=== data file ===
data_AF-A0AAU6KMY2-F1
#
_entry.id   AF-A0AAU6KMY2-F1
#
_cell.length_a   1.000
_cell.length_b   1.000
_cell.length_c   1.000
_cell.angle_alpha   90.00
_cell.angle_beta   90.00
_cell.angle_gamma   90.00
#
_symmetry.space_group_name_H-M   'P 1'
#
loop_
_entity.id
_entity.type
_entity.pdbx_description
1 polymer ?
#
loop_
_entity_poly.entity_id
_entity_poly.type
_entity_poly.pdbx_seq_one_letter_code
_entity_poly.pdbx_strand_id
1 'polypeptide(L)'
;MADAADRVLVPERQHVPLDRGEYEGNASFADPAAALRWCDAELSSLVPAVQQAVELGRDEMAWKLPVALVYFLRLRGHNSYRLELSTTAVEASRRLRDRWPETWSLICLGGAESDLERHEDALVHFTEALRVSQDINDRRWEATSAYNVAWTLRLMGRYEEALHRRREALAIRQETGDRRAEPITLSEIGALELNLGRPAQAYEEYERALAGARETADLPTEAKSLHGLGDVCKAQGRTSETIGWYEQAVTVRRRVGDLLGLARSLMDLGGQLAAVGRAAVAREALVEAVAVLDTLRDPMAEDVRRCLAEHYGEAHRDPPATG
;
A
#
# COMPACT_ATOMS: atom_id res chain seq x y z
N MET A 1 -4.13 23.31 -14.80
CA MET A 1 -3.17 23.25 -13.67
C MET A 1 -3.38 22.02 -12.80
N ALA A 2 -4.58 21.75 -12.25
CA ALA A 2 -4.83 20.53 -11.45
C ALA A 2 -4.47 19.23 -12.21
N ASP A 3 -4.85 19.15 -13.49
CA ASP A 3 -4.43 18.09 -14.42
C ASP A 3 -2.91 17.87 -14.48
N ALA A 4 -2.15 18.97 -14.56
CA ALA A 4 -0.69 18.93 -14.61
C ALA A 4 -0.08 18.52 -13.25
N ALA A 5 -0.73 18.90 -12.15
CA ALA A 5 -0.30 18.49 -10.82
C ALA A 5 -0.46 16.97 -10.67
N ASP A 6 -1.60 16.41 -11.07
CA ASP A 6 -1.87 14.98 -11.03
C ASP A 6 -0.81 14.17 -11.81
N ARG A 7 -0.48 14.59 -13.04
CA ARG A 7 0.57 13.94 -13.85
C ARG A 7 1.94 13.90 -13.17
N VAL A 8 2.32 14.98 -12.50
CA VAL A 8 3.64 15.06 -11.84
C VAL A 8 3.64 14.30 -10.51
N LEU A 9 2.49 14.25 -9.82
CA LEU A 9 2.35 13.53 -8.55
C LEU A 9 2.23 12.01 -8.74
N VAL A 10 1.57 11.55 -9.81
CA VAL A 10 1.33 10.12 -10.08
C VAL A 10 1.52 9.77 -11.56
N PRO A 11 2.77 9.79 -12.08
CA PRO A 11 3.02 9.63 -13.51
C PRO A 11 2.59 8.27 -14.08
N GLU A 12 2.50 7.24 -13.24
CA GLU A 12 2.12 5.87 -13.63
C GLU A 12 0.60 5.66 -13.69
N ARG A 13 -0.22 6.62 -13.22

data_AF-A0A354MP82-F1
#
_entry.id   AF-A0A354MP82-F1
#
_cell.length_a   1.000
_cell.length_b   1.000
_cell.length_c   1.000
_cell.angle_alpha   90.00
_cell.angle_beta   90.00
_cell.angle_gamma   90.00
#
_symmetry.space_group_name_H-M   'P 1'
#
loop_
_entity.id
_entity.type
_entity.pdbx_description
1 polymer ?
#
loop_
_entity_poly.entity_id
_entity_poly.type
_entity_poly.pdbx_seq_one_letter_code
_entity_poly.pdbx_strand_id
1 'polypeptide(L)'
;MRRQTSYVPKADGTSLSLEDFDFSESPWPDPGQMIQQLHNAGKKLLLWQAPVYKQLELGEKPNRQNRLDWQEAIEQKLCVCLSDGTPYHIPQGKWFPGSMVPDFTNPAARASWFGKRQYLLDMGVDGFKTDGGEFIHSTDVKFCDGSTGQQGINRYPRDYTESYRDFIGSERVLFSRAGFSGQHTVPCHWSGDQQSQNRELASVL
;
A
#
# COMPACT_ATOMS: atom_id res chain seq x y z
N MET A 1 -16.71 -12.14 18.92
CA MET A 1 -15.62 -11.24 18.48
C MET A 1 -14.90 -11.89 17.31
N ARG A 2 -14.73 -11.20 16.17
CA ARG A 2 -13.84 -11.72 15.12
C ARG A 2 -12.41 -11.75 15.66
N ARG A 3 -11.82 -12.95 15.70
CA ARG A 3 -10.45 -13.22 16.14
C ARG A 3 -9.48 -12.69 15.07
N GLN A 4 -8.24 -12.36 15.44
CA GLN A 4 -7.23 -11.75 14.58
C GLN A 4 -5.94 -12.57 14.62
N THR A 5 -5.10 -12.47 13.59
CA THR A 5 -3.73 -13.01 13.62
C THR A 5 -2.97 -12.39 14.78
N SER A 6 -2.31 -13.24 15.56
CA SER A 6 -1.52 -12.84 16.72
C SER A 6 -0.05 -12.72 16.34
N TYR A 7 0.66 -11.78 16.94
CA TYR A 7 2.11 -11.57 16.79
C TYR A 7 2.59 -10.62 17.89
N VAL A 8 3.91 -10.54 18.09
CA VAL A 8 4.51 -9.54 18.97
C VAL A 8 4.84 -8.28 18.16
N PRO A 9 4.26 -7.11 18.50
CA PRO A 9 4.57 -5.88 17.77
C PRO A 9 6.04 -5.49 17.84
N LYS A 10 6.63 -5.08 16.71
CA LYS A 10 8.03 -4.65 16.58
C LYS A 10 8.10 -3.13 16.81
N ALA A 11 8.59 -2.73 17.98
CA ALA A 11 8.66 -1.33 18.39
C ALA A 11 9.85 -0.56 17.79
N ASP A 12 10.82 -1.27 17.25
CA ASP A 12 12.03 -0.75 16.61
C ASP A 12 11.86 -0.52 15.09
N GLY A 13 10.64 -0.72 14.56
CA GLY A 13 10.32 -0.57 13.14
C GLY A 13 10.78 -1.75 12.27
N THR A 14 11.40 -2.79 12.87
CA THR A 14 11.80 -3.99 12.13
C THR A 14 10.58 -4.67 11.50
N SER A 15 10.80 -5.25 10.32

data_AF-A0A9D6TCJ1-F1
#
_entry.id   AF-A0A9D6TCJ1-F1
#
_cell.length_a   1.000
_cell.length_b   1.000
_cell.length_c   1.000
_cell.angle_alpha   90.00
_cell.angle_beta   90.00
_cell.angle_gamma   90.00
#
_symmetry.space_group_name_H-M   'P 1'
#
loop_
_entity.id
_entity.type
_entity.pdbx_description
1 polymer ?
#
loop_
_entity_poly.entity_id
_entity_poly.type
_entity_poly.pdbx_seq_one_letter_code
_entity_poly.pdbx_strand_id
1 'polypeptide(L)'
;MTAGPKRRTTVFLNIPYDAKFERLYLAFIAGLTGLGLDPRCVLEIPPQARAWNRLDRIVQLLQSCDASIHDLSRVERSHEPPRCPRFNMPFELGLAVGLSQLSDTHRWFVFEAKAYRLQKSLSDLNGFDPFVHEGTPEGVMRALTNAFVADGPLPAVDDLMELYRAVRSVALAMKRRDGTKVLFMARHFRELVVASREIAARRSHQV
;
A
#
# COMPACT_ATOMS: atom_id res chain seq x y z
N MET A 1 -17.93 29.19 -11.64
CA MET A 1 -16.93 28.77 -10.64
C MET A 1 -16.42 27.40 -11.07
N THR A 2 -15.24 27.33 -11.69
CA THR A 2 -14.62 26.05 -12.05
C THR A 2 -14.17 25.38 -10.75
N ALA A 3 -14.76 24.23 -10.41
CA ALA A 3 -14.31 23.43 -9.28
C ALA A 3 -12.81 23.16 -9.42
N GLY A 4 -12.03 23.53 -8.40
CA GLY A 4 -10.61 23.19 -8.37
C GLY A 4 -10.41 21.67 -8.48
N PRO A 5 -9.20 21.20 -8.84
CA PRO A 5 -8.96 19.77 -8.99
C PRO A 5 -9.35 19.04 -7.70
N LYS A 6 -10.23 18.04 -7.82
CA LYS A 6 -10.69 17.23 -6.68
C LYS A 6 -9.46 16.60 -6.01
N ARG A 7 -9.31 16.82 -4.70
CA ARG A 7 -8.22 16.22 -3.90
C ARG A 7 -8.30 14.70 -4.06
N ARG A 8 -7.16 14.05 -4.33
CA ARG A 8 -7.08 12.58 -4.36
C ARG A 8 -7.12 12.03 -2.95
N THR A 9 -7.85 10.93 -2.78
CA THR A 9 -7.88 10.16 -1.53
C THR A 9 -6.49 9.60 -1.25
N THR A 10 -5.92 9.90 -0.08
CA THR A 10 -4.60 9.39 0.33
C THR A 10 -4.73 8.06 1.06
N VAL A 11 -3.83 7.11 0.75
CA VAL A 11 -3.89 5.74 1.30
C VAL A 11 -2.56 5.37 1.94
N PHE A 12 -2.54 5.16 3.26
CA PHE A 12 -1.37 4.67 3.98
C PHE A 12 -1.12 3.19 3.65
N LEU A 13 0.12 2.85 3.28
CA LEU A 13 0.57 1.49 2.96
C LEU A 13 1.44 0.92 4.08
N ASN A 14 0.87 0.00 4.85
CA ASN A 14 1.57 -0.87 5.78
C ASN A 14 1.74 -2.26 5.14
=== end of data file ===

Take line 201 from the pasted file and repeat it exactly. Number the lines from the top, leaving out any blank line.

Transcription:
N VAL A 11 -3.83 7.11 0.75